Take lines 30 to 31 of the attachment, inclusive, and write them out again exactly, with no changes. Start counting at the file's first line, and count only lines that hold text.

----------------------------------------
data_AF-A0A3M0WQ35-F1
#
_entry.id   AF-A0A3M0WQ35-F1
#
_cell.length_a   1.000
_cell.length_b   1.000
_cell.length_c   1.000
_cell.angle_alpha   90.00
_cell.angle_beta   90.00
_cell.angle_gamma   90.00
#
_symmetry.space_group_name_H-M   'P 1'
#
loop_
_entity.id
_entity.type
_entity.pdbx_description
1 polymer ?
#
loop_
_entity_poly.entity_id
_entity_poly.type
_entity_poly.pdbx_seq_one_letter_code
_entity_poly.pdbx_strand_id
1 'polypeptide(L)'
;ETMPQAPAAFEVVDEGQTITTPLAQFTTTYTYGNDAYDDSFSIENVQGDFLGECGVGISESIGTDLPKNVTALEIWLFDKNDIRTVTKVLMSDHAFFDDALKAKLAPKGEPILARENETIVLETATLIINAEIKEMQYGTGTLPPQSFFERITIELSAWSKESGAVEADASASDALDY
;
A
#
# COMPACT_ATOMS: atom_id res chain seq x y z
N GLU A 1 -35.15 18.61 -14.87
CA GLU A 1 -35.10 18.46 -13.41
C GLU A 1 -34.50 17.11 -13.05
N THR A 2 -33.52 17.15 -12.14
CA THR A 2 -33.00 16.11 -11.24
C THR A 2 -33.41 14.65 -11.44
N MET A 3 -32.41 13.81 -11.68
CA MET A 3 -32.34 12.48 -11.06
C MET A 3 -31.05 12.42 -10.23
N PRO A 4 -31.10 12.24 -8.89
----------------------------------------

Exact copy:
# COMPACT_ATOMS: atom_id res chain seq x y z
N GLU A 1 -35.15 18.61 -14.87